It’s time to break a really bad habit—your self-loathing. You’ve probably been doing it for years, decades, maybe your whole life. So, it’s understandable how inextricable it’s become with your sense of self. Self-loathing sustains itself on the conviction that you’re just really a bad, worthless, inherently contemptible human being. It’s one of the hardest convictions to dent.
Maybe you’ve grown perversely comfortable with your self-loathing. We grow attached, often ferociously clinging, to anything and everything with which we’re deeply familiar, however enhancing of, or destructive to, our self-interest.
And so, although you may know your self-loathing is highly self-destructive, maybe you’ve felt futility at the prospect of retiring it. Maybe you’ve convinced yourself that you know nothing else. Worse, maybe you’ve convinced yourself that you merit your self-loathing, having “hook, line and sinker” fully subscribed to yourself as loathsome.
How, then, do you confront your self-loathing when you’ve become a grand-master practitioner of it, for God knows how long?
Let me propose a somewhat counter-intuitive perspective as, if nothing else, a starting-point from which to address your self-loathing: You’re really not that important to loathe yourself so much. (Now allow me to elaborate, as I join you here in switching up the pronouns between “we” and “you,” as after all, we’re all in this together.)
When we loathe ourselves, we’re exhibiting what I call “negative grandiosity,” without recognizing it. Yes, self-loathing, surprisingly, requires grandiosity to fuel it. When we loathe ourselves with the harsh self-contempt of self-loathing, we’re basically insisting how incredibly, notoriously, importantly, uniquely, distinctly “bad” we are. We’re affirming, in a sort of reverse way, how “special” we really are—special in the sense of how specially, remarkably contemptible we are. In this sense, I suggest there’s a counter-intuitive, grandiose self-importance necessary to see ourselves in the unique, special light of self-loathing.
For this reason, it’s critical when confronting our self-loathing to appreciate the grandiosity underlying it—a grandiosity easily obscured by its self-punitive negativity. By that I mean, instead of asserting our grandiosity as expressive of our ostensibly unique, important, magnificent greatness and superiority, we express it, instead (as I’ve noted) as an expression of our ostensibly distinguished, unique, terrible badness and inferiority. Both expressions are caricatures of ourselves—most always, we’re neither very importantly great, nor very importantly bad: these self-perspectives, in other words, are just the flip-sides of a form of grandiosity.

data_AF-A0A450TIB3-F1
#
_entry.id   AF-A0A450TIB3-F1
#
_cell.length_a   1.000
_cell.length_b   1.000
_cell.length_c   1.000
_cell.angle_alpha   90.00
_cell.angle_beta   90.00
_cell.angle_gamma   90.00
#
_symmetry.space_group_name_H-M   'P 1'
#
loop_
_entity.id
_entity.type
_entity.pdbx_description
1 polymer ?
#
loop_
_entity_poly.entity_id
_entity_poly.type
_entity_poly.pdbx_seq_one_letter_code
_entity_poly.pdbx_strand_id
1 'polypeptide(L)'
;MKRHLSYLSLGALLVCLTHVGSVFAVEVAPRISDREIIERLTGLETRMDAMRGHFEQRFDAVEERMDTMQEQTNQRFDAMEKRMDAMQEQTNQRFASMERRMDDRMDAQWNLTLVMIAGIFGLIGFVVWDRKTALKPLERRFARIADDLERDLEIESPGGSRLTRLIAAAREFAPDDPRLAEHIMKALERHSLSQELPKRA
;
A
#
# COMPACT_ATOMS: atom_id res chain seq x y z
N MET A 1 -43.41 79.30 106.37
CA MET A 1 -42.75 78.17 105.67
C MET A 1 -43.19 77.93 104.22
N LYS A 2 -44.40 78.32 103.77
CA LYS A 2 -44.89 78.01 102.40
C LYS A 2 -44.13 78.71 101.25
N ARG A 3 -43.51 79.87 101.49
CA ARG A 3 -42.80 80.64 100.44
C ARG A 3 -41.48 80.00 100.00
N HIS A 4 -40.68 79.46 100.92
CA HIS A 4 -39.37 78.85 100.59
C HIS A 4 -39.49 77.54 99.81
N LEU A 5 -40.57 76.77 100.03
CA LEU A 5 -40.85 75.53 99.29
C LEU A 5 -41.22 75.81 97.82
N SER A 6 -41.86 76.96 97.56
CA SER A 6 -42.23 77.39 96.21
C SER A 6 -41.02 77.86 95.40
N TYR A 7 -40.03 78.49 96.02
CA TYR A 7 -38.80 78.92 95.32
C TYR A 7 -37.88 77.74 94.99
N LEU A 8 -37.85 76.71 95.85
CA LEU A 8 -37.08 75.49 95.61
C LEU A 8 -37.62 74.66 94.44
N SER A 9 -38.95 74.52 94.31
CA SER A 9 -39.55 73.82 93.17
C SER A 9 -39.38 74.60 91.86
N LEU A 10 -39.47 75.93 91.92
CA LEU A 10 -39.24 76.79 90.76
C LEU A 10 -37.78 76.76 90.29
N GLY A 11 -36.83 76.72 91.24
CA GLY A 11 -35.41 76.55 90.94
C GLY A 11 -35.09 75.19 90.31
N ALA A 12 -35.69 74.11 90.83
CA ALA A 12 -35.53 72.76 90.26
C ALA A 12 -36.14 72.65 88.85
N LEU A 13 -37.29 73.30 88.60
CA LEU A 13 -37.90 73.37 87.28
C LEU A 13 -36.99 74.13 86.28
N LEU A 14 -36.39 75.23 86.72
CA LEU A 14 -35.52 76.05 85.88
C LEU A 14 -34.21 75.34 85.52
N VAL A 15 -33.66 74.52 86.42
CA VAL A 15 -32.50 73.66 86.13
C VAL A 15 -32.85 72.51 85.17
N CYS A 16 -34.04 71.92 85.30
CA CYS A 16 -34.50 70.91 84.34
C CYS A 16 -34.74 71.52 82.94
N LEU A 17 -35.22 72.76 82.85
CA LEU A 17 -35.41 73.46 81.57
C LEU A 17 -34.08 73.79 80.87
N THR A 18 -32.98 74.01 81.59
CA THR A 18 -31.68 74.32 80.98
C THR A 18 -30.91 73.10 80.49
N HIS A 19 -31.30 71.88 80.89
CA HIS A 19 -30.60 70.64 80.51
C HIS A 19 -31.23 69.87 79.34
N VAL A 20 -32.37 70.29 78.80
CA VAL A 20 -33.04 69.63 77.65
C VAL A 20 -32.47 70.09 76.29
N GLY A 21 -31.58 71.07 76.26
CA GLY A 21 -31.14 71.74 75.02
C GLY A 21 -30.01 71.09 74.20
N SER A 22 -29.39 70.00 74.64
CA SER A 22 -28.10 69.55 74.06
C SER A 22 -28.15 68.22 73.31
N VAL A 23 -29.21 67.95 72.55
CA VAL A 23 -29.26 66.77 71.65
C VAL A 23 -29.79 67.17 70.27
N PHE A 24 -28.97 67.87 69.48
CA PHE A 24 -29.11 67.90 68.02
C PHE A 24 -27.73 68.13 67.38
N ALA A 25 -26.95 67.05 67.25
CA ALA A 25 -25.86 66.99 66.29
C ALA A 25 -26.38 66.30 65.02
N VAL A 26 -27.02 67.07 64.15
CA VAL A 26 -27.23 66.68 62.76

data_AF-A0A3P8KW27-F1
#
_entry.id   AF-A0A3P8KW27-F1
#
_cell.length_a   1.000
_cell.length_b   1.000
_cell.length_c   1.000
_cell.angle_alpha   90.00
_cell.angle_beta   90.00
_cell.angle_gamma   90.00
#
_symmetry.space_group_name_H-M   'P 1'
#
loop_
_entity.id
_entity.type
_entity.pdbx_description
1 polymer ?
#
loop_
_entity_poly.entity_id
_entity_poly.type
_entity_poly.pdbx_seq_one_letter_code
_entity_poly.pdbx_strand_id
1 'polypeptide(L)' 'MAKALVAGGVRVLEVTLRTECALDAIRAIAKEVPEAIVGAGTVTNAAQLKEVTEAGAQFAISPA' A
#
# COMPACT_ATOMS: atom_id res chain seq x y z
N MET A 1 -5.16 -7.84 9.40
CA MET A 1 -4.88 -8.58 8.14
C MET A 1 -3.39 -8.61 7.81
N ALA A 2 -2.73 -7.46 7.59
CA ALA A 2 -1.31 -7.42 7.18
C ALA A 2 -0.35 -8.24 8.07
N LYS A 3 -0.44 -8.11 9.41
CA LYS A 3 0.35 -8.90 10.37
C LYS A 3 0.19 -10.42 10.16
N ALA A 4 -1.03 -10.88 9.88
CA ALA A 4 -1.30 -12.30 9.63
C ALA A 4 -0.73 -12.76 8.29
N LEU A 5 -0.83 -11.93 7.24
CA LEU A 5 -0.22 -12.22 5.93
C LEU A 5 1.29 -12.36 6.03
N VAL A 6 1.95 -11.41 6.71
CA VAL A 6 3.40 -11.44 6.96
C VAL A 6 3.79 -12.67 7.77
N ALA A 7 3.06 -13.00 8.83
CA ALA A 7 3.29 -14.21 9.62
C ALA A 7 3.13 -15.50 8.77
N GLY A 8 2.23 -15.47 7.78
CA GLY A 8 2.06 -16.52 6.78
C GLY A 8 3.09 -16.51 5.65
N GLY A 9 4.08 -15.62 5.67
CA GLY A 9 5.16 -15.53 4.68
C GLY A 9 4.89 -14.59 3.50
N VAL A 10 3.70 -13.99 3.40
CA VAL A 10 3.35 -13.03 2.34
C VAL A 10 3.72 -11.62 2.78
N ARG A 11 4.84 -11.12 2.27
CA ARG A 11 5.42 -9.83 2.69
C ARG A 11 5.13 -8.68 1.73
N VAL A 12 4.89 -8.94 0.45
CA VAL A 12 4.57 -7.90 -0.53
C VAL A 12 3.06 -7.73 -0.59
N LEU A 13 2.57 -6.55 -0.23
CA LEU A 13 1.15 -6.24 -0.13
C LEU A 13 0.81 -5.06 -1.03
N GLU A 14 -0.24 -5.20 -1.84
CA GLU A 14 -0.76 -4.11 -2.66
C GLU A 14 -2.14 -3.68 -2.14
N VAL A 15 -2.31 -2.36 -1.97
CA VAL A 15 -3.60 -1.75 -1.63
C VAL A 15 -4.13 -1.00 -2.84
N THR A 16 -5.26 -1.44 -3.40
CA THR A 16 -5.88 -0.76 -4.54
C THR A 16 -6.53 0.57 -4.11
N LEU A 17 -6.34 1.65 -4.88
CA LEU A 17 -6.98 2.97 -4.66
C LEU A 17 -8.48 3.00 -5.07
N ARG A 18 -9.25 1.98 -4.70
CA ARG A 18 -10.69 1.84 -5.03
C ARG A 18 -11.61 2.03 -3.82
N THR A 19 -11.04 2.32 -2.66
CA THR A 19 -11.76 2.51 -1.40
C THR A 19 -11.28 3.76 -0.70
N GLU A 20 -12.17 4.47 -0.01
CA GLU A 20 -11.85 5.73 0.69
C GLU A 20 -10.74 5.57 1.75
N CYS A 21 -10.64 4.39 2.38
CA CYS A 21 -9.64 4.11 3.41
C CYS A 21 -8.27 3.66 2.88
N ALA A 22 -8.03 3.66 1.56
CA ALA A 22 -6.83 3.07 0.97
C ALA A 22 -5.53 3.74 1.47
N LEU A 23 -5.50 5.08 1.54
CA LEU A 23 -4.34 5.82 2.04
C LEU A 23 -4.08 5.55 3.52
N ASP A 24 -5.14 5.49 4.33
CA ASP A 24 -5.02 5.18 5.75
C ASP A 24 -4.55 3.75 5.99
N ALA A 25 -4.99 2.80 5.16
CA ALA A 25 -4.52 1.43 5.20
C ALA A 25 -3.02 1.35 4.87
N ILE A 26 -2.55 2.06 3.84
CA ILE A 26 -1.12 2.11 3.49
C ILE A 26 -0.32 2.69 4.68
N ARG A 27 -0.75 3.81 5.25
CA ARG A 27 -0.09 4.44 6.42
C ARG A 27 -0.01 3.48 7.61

When you recognize the grandiosity expressed in your self-loathing habit, it can give you pause. You can access the absurdity, the pretensions of the claims you’ve been making to “qualify” as so notoriously deserving of your self-loathing. After all, you’re not a serial killer, are you? I’m guessing you’re not prowling the streets late at night looking for people to assault? I’m guessing you’re not robbing 7-Elevens and banks? I’m guessing you’re not living your life with the intention to inflict harm on others for your sadistic pleasure? I’m guessing that your claim to self-notoriety is ultimately something of a sham, a self-deception. I’m guessing, if you were you to come off your high self-negative horse, you’d have to face the reality that you just don’t belong on the FBI’s 10 Most Wanted List—a list of criminals, incidentally, who almost certainly don’t even loathe themselves.
Almost always, when we loathe ourselves, we’re really loathing ourselves for feeling like incredibly imperfect, incredibly insecure, deeply flawed, error-prone, sometimes hurtful, sometimes disappointing, sometimes regretful and, often, under-productive human beings. But these are unsupportable reasons to loathe ourselves, as almost all human beings feel and are these things, routinely. In a sense, this makes us very ordinary, doesn’t it? It’s very possible that our grandiosity won’t accept our ordinariness—that it demands we convince ourselves either of our magnificent superiority, or prodigious, mind-blowing inferiority, the latter conclusion supporting (grandiosely) our self-loathing.
It’s a strange but real paradox to consider: We’re just not importantly bad enough to merit our self-loathing. For this reason alone (and there are others, I’m aware, far more important), we can embark on the thoughtful retirement of our self-loathing. Paradoxically, it will humble us while alleviating the untold stress and misery our self-loathing causes us.